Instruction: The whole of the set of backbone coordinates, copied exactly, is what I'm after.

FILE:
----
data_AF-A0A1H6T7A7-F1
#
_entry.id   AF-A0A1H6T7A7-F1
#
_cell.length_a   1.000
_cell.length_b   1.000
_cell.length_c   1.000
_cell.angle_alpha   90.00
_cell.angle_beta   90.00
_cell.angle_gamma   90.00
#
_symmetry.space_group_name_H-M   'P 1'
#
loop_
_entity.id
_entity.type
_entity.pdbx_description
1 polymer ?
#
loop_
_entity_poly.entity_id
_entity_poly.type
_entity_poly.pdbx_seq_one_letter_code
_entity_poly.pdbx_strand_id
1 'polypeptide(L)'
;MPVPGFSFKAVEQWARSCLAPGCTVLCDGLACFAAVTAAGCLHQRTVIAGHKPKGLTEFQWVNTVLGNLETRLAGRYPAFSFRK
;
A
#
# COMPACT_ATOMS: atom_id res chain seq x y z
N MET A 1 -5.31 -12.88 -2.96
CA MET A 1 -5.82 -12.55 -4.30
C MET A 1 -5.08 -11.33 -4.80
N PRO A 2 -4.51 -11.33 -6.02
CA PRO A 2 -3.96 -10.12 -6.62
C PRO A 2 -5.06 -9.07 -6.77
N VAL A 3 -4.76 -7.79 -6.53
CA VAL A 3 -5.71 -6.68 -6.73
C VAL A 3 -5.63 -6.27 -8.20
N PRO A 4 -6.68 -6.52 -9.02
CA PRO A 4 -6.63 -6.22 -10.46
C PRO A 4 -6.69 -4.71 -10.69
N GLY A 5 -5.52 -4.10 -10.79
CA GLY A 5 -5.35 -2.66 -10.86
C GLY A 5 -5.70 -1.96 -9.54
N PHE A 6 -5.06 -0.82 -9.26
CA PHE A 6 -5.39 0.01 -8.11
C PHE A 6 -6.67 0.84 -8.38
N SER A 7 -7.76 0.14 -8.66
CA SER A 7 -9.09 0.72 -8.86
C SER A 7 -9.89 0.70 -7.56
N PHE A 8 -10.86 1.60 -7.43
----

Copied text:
data_AF-A0A1H6T7A7-F1
#
_entry.id   AF-A0A1H6T7A7-F1
#
_cell.length_a   1.000
_cell.length_b   1.000
_cell.length_c   1.000
_cell.angle_alpha   90.00
_cell.angle_beta   90.00
_cell.angle_gamma   90.00
#
_symmetry.space_group_name_H-M   'P 1'
#
loop_
_entity.id
_entity.type
_entity.pdbx_description
1 polymer ?
#
loop_
_entity_poly.entity_id
_entity_poly.type
_entity_poly.pdbx_seq_one_letter_code
_entity_poly.pdbx_strand_id
1 'polypeptide(L)'
;MPVPGFSFKAVEQWARSCLAPGCTVLCDGLACFAAVTAAGCLHQRTVIAGHKPKGLTEFQWVNTVLGNLETRLAGRYPAFSFRK
;
A
#
# COMPACT_ATOMS: atom_id res chain seq x y z
N MET A 1 -5.31 -12.88 -2.96
CA MET A 1 -5.82 -12.55 -4.30
C MET A 1 -5.08 -11.33 -4.80
N PRO A 2 -4.51 -11.33 -6.02
CA PRO A 2 -3.96 -10.12 -6.62
C PRO A 2 -5.06 -9.07 -6.77
N VAL A 3 -4.76 -7.79 -6.53
CA VAL A 3 -5.71 -6.68 -6.73
C VAL A 3 -5.63 -6.27 -8.20
N PRO A 4 -6.68 -6.52 -9.02
CA PRO A 4 -6.63 -6.22 -10.46
C PRO A 4 -6.69 -4.71 -10.69
N GLY A 5 -5.52 -4.10 -10.79
CA GLY A 5 -5.35 -2.66 -10.86
C GLY A 5 -5.70 -1.96 -9.54
N PHE A 6 -5.06 -0.82 -9.26
CA PHE A 6 -5.39 0.01 -8.11
C PHE A 6 -6.67 0.84 -8.38
N SER A 7 -7.76 0.14 -8.66
CA SER A 7 -9.09 0.72 -8.86
C SER A 7 -9.89 0.70 -7.56
N PHE A 8 -10.86 1.60 -7.43